The release layer for use in the method of the invention is comprised of non-metallic particles dispersed in a solid organic polymer binder. As mentioned above, it is preferred that the non-metallic particles in the release layer have a lower sintering rate than the inorganic binder of the substrate being fired at the firing conditions and that the wetting angle of the inorganic binder on the release material and the viscosity of the inorganic binder are such that binder penetration into the release layer is within the bounds stated previously. Thus, the composition of the inorganic solids component of the release layer is likewise not critical so long as the above-mentioned criteria are met. Thus, any non-metallic inorganic material can be used so long as it does not undergo sintering during firing and so long as the wetting angle of the inorganic binder on the release tape and the viscosity of the inorganic binder are within the preferred bounds of inorganic binder penetration into the release layer as the inorganic binder undergoes sintering during the firing process. In many instances, it will be convenient that the solids component of the release layer be of the same composition as the ceramic solids component of the green tape. However, non-ceramic materials such as glasses can be used so long as their softening points are sufficiently high that they do not undergo sintering when they are fired in the presence of the ceramic green tape.
The release layer can be applied in the form either of a green tape or a thick film paste or by a spray process. Regardless of which form in which it is applied, it is essential that the layer be flexible in order to be able to obtain sufficient control of X-Y shrinkage and even to obtain complete elimination of X-Y shrinkage during firing. In general, the same binder polymers which are suitable for the green tape will be suitable for the release layer when it is applied as a green tape.
As used herein, the terms "thick film" and "thick film paste" refer to dispersions of finely divided solids in an organic medium, which dispersions are of paste cnsistency and have a rheology which makes them capable of being applied by conventional screen printing. The organic media for such pastes are ordinarily comprised of liquid binder polymer and various rheological agents dissolved in a solvent, all of which are completely pyrolyzable during the firing process. Such pastes can be either resistive or conductive and, in some instances, may even be dielectric in character. Such compositions may or may not contain an inorganic binder, depending upon whether or not the functional solids are sintered during firing. Conventional organic media of the type used in thick film pastes are also suitable for the release layer. A more detailed discussion of suitable organic medial materials can be found in U.S. Pat. No. 4,536,535 to Usala.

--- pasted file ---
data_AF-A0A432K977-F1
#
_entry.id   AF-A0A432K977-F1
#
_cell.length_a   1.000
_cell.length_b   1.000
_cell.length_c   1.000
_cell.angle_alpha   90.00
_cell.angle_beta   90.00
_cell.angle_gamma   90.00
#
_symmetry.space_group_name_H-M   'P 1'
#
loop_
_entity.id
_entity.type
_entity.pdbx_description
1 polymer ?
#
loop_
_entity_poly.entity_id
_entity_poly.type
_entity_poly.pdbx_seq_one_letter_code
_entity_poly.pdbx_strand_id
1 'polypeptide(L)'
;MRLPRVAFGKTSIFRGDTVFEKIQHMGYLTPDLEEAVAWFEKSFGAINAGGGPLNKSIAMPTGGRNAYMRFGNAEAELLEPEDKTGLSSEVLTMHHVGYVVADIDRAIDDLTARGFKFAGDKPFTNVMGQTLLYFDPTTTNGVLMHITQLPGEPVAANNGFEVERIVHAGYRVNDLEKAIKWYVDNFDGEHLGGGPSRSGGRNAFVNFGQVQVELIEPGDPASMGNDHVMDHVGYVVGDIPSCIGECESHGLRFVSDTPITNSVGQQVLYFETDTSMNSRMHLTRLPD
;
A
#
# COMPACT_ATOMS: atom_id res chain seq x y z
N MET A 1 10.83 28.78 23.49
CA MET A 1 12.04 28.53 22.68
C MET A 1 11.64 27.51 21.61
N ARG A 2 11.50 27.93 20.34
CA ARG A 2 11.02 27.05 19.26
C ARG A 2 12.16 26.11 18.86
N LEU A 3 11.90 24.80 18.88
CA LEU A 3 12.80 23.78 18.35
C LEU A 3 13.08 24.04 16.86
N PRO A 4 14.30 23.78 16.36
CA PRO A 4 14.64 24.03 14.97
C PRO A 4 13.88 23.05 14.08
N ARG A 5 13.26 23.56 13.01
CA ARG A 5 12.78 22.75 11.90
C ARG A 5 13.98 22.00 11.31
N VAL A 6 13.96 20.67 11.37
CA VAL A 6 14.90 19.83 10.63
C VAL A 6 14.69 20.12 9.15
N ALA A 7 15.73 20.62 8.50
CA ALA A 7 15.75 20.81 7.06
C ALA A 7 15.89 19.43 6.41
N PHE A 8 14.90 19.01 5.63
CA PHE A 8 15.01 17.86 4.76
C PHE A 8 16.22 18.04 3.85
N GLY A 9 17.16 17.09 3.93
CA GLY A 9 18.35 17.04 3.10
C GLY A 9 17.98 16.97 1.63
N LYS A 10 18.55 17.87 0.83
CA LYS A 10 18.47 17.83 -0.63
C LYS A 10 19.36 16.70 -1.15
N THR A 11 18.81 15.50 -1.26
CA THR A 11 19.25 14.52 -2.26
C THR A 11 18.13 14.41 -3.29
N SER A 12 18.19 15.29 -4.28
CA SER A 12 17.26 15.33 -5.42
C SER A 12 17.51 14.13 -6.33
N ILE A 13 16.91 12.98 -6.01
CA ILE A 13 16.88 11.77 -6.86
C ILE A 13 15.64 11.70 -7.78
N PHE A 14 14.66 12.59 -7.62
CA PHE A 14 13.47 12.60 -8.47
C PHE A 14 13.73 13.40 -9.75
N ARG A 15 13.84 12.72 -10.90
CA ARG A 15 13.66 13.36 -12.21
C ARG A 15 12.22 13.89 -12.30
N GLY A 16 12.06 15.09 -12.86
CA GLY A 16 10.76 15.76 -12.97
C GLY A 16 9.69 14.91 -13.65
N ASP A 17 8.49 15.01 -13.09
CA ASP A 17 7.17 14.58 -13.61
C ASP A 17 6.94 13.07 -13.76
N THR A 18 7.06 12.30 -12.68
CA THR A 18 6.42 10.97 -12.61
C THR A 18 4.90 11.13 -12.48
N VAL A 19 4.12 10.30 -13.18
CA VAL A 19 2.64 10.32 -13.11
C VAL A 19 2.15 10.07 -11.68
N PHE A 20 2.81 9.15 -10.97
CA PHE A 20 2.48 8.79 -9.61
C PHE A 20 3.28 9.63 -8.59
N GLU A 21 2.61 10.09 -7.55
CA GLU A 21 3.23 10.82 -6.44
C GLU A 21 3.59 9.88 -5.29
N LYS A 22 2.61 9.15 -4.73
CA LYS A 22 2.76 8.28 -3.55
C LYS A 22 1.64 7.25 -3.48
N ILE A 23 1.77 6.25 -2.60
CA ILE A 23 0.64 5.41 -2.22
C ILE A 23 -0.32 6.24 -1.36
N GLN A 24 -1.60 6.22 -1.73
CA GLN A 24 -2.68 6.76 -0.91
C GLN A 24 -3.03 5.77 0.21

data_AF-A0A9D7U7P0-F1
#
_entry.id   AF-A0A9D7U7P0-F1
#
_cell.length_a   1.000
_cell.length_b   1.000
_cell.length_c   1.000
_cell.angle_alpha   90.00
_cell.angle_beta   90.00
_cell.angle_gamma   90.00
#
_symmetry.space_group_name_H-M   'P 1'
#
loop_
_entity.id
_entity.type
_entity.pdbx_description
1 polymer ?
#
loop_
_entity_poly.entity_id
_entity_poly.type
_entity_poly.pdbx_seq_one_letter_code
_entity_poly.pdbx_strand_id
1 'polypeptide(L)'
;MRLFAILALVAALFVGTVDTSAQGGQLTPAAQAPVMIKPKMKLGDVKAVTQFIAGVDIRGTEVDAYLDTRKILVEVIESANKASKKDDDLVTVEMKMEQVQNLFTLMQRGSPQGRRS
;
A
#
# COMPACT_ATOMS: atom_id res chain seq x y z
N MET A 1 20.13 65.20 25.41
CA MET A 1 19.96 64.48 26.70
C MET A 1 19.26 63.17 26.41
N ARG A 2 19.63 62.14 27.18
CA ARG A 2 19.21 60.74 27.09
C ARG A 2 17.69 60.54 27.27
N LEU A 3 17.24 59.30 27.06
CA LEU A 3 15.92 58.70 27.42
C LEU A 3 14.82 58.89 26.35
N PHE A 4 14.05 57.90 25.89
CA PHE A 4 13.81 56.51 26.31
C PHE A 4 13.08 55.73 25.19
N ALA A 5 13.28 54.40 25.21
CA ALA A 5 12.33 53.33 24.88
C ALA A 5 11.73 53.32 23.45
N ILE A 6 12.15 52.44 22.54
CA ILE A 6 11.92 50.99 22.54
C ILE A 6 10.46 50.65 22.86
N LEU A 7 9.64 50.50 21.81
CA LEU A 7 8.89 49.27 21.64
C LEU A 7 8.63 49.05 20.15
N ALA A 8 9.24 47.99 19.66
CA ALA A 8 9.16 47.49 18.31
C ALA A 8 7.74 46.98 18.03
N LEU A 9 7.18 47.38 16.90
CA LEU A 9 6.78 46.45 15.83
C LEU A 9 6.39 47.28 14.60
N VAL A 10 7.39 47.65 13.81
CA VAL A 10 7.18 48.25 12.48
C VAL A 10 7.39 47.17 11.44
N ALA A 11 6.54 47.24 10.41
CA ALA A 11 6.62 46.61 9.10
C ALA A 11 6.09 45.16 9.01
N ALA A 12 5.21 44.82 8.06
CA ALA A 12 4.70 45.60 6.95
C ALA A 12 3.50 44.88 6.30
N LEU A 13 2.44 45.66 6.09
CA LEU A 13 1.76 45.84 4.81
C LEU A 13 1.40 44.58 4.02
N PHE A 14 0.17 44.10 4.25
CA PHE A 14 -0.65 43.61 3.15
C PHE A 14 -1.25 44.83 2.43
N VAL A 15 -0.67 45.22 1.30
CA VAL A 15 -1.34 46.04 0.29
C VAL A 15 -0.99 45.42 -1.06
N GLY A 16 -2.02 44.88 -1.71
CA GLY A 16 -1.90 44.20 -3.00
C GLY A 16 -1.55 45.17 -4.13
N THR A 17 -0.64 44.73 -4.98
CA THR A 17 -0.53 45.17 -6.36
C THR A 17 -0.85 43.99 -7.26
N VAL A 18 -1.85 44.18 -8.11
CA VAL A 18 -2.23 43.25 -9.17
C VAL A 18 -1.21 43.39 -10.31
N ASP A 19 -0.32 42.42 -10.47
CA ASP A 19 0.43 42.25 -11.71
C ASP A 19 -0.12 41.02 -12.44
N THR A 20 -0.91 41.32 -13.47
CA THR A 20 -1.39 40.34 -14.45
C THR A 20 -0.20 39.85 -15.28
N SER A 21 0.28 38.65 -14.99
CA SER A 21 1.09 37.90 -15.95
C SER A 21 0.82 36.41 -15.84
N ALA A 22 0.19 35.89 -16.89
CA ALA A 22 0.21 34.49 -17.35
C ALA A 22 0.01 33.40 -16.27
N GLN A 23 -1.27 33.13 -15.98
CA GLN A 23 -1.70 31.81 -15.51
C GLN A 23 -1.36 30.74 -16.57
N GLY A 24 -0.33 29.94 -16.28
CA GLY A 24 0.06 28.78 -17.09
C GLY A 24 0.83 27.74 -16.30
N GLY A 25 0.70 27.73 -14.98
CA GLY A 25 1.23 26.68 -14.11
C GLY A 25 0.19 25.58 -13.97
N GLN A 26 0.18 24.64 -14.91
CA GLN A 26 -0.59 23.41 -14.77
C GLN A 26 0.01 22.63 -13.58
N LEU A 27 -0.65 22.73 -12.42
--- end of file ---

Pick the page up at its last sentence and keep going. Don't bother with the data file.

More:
To insure the formation of interconnected porosity in the release layer when it is fired, it is essential that the release layer contain at least 10% by volume non-metallic inorganic solids and preferably at least 20%. The release layer should not, however, contain more than about 50% by volume of such solids and preferably no more than about 40%.
The firing step is preferably conducted under pressure normal to the surface of the ceramic green tape. The amount of pressure needed is quite subjective and not subject to definition by specific ranges. The reason for this is that the pressure must be adjusted on an ad hoc basis to avoid any substantial amount of bulk flow of the green tape solids during firing. The appropriate pressure for any given system is therefore dependent upon the rheology of the green tape solids during the firing step. Such factors as particle size, ratio of inorganic binder to ceramic solids, and binder viscosity profoundly affect the rheology of the green tape during firing. The phenomenon of bulk flow, if it occurs at all, will occur during the sintering phase of the firing step and can be detected by observation.
The firing cycle for the method of the invention is likewise subjective to the physical characteristics of the solids contained in both the green tape and the release layer and also is limited by the capability of the furnace or kiln in which the materials are fired. A typical firing cycle for many applications is to heat the assemblage at the rate of 3° C. per minute to 600° C., then 5° C., per minute to a peak temperature of 850° C., maintaining the assemblage at peak temperature for 30 minutes, and then cooling the assemblage by turning off the furnace. In a typical commercial installation, the firing characteristics of the materials are chosen so that they are suitable for the performace characteristics of the available furnace or kiln. Firing can, of course, be conducted in either a batch, intermittent or continuous fashion.